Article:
My Day by Eleanor Roosevelt

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NEW YORK, Sunday—I went to see "Susan and God" last night, and I can recommend it to anyone who wants an entertaining evening with a few moments of real emotion to point up the lighter vein. Miss Crothers makes gentle fun perhaps of a certain religious movement, but the real barbs of her wit are directed against a certain type of woman who fools herself successfully even if she does not fool her friends.

There are few of us who do not know Susans and Barries and Blossoms. Some of the lines are quite priceless as when Susan announces she wishes she had never heard of God! The play is well cast and very well acted, and only the last curtain left me with a rather let down feeling. Could Susan really be honest with herself or anyone else? And why is it that people like Charlotte who really are the ones with character and who face life with courage so rarely charm the people they love? The Susans of the world seem to have it all over the Charlottes which is not a very good lesson for the younger generation!

We were a little slow in coming out of the theatre last night and found the rain making it a little more difficult to get a taxicab. Everyone in the world it seemed to me, offered to come to our assistance and each new person found it a little harder to return to us with the desired vehicle. With my usual impatience I dragged my poor companion through the rain towards Broadway, insisting that I could get a taxi there. Finally I took pity on her reluctance to be dragged any further and walked through the Hotel Astor and waited under the canopy on the 44th Street side until the doorman really did get us a conveyance.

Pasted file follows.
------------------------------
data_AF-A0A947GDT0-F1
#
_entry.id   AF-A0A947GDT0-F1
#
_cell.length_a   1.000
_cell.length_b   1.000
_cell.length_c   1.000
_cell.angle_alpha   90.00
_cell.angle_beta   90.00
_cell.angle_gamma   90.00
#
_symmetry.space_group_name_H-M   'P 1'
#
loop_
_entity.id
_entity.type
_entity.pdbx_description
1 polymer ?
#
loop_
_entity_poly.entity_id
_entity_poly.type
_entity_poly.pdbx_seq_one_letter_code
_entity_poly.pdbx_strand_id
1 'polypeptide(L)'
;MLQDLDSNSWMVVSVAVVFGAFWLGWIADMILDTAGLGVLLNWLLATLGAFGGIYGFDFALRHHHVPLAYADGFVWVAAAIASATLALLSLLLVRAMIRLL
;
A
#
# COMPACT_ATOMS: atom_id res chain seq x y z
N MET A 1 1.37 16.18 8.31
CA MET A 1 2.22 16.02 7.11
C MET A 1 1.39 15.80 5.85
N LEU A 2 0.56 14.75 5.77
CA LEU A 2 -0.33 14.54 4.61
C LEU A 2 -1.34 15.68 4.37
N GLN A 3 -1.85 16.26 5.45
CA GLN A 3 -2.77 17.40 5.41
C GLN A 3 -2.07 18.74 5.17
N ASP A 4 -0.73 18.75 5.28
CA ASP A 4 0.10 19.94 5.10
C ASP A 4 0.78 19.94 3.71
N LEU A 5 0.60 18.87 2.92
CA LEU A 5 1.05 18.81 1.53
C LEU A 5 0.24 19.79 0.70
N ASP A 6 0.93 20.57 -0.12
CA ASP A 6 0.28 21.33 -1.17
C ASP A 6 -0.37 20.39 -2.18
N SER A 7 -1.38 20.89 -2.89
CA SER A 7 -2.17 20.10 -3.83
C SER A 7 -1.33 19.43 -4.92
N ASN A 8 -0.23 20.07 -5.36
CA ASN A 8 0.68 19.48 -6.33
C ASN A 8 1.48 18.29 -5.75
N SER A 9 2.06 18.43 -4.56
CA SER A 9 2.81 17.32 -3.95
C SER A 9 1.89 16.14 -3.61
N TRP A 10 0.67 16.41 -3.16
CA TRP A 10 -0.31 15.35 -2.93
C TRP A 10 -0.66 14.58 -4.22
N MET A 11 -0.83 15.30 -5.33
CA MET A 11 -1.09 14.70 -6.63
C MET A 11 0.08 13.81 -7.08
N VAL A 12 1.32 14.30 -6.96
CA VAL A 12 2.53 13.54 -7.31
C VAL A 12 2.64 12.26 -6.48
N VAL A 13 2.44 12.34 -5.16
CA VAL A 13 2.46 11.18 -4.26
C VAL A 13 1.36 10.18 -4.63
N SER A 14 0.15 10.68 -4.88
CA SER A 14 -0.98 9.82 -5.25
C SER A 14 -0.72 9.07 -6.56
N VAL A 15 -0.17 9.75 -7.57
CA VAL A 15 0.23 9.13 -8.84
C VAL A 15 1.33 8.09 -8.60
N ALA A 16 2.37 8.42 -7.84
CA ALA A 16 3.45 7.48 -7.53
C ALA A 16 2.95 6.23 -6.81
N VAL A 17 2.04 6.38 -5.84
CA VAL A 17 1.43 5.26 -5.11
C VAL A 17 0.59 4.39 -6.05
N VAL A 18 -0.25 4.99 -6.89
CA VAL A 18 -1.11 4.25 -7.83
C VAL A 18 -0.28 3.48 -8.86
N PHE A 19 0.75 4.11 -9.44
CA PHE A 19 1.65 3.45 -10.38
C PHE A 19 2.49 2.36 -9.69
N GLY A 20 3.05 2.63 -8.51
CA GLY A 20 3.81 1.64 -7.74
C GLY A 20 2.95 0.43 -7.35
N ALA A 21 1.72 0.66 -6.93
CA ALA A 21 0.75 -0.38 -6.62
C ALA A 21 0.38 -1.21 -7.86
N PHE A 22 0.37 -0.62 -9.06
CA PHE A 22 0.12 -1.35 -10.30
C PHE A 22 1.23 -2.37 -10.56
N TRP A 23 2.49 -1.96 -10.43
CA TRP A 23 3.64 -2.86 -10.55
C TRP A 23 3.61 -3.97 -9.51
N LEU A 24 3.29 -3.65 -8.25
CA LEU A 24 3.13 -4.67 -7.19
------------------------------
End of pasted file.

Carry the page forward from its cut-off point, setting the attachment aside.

I always want to be moving and feel sure that I myself can get what I want more quickly than anyone else, which is perfectly all right if you are alone, but not so good if you are subjecting some one else to your vagaries.

It is still raining this morning and I am beginning to be apprehensive that many of our lovely colored leaves will have been torn off their branches when we reach Hyde Park this afternoon. When I was young I got a great deal of amusement in shuffling my feet through the leaves which had been raked up under the trees and I loved an autumn bonfire of leaves and bits of branches which the wind had blown down. Alas, that is another thing which I do not enjoy so much now, for it means to me the end of summer with its freedom.

I am lunching today with the Young Men's Board of Trade and they have kindly submitted to me some questions as I felt a little inadequate to make a speech which could be of interest to this particular group. I am rather doubtful if anyone outside of a government official could answer some of the questions submitted! Fortunately, they are all matters of opinion and I suppose we all of us have a right to have an opinion whether it is right or wrong!

E.R.
TMsd 28 October 1937, AERP, FDRL